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> So you have to be careful which libraries you use if you want to issue a BSD
> or Lua license. You cant issue a BSD license if you have used GPL code. But
> you can issue a GPL or LGPL license if you use BSD or Lua code.

You're muddying the waters. You can't relicense code that already has a
licence. On the other hand, you can license your own code however you like
(including relicensing it or offering it under different licences, like

The simplest licence to use (and one that is increasingly preferred by
many open source developers because of its commercial acceptability (even
Microsoft accepts it)) is the new-style BSD licence, which on SourceForge
is called the MIT licence. This basically says:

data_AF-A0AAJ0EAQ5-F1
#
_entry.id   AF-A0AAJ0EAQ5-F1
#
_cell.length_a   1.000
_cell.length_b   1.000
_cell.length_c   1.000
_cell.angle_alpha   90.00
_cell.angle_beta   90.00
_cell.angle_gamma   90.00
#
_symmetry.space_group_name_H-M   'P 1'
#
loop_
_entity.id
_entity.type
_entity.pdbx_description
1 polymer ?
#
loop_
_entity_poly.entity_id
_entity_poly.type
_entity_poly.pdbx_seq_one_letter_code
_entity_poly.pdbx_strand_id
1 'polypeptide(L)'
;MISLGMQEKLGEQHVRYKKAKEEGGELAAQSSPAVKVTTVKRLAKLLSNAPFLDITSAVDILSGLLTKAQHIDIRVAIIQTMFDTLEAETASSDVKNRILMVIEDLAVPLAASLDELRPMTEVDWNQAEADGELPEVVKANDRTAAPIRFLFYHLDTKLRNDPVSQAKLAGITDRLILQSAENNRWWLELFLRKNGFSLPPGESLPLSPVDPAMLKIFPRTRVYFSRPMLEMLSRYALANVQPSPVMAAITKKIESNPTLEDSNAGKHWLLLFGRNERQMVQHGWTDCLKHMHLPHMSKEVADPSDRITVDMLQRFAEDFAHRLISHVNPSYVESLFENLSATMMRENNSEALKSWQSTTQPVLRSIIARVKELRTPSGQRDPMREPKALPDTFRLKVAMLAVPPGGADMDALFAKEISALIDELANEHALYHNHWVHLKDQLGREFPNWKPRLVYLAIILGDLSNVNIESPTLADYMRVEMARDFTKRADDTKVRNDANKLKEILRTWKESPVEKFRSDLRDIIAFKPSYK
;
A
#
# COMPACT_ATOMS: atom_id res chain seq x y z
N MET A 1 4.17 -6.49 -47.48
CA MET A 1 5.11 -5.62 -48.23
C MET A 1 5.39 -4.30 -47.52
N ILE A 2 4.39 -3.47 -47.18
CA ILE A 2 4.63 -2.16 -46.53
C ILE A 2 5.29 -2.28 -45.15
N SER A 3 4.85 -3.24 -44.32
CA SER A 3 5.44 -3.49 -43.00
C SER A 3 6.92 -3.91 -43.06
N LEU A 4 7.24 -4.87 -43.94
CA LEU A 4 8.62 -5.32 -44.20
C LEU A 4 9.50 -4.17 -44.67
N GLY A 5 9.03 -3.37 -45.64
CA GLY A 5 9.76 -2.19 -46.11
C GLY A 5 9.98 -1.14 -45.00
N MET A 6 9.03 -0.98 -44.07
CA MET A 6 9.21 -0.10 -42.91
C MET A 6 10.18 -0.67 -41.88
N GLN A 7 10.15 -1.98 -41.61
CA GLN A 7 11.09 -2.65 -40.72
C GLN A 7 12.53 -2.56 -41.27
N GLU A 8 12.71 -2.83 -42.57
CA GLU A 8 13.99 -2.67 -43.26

1. Don't claim the code's yours (because the licence must be included with
all copies).

2. Don't sue me (all warranty is disclaimed).

Simple, straightforward, and no extra economic obligations.

It's worth noticing that even the GNU project doesn't think much (in some
quarters) of the LGPL any more, and to me it seems a failed compromise:
you should either use the GPL (if you're a purist that way), or the BSD
license (if you're a purist that way). Anything else is just asking for
people not to use your stuff because the position isn't clear, and using
the GPL is asking for commercially-minded folks not to use your stuff
because they don't understand it, or want to make proprietary changes.